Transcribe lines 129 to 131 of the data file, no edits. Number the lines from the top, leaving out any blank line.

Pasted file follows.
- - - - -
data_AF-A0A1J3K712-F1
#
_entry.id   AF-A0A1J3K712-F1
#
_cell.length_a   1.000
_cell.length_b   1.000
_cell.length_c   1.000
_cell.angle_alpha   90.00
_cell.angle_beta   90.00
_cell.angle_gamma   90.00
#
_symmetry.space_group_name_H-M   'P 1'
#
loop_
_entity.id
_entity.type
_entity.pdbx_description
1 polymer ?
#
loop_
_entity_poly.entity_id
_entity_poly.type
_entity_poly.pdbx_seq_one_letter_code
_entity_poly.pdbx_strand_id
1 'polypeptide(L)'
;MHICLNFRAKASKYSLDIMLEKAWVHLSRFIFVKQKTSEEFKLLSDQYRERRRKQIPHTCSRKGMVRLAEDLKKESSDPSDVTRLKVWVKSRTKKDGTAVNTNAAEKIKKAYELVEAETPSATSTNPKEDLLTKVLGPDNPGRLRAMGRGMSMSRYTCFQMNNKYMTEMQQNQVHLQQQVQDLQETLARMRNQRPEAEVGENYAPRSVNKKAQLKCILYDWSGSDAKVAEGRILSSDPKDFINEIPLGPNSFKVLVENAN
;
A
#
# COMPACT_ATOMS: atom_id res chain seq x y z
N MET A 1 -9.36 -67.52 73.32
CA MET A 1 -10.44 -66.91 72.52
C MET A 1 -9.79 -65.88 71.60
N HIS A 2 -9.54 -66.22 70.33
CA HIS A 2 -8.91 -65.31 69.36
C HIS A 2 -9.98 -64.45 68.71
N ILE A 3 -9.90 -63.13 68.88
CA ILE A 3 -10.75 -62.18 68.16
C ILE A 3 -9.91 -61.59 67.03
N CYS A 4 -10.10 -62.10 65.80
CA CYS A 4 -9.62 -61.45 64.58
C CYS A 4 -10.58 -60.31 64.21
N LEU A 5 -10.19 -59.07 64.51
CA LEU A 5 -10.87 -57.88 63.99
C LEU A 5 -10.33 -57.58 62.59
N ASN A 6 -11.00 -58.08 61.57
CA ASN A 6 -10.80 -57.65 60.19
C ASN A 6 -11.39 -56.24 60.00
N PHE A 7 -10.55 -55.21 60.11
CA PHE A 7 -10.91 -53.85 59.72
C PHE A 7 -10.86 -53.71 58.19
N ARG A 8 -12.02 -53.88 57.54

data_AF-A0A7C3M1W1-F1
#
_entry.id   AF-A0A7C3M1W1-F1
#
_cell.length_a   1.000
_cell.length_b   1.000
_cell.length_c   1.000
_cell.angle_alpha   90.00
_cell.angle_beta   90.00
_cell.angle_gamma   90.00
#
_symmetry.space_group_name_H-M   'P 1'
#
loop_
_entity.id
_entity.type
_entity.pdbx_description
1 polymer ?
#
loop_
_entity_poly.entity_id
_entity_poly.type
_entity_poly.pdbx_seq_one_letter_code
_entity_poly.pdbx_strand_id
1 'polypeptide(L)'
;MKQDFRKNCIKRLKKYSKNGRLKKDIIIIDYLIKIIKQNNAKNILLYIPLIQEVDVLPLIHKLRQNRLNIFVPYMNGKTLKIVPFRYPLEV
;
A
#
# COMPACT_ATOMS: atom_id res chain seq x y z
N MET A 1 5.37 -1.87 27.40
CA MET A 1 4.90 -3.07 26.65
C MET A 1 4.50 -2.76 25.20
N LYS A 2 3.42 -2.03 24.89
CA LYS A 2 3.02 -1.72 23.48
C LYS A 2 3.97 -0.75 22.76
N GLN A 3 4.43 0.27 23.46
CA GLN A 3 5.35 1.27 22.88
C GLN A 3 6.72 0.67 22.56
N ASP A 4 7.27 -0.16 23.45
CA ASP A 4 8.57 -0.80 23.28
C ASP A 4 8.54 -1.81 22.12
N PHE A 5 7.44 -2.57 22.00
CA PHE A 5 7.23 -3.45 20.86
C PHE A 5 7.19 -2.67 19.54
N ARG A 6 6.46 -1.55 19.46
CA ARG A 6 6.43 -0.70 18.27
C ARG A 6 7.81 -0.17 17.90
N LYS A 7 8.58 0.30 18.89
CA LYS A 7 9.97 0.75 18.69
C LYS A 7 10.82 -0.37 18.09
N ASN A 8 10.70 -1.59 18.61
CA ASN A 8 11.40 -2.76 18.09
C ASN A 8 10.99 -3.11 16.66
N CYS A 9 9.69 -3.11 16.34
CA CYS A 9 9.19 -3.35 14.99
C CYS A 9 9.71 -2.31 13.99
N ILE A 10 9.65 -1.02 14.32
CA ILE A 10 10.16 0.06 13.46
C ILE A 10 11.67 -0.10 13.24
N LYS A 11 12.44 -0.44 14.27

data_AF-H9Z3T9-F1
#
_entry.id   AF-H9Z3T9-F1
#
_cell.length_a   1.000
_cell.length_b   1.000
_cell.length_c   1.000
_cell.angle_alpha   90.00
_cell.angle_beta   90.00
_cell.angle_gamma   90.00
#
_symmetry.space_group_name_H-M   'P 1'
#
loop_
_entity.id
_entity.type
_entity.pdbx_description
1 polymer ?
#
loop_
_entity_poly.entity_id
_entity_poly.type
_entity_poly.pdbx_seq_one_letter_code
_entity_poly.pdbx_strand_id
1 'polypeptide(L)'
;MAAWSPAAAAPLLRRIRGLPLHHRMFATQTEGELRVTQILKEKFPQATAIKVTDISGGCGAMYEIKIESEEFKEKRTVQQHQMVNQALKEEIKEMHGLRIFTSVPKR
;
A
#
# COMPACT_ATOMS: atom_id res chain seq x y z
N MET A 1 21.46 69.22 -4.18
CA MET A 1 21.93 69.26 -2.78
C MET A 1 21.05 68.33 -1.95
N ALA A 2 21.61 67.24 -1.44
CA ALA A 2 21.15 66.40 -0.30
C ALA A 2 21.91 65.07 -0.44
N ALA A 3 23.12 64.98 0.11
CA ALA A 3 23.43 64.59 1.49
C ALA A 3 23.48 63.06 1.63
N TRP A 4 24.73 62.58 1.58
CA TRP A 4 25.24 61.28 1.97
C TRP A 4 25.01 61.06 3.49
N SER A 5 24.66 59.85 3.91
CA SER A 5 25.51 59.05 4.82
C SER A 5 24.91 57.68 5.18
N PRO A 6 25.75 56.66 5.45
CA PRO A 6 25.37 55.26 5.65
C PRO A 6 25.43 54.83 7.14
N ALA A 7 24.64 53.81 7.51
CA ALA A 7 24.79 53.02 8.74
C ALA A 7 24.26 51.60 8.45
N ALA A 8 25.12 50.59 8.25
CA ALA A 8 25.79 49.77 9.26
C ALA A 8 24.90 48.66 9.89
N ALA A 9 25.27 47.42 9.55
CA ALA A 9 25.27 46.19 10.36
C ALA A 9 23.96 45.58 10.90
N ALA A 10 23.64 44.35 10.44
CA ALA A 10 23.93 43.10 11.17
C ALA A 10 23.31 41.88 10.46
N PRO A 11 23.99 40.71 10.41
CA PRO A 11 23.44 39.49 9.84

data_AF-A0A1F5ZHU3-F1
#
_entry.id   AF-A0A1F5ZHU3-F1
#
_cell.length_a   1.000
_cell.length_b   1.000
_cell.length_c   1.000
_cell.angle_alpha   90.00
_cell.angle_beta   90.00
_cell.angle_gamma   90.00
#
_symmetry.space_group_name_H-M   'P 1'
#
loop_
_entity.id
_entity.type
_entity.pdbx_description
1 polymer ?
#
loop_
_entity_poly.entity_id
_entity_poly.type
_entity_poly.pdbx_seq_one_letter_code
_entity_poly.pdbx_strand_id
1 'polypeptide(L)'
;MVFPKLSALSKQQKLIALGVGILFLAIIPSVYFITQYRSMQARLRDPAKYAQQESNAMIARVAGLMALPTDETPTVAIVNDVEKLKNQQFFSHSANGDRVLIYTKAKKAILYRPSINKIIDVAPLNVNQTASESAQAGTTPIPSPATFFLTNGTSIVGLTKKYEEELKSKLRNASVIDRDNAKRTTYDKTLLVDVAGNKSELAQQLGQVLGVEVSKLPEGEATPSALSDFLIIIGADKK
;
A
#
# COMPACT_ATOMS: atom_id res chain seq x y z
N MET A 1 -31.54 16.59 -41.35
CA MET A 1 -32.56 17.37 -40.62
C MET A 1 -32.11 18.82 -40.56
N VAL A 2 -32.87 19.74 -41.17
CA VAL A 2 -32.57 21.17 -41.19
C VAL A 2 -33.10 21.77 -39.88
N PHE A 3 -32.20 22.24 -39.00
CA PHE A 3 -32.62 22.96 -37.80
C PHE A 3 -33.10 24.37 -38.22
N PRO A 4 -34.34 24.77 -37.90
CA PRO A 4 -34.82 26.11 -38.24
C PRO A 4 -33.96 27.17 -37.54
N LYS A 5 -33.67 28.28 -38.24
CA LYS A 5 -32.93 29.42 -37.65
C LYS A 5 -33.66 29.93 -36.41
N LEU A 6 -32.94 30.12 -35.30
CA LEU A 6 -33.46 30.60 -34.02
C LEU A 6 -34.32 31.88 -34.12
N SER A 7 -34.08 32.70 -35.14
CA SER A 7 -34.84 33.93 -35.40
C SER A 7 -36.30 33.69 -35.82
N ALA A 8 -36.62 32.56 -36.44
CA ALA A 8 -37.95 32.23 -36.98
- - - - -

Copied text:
_entity.type
_entity.pdbx_description
1 polymer ?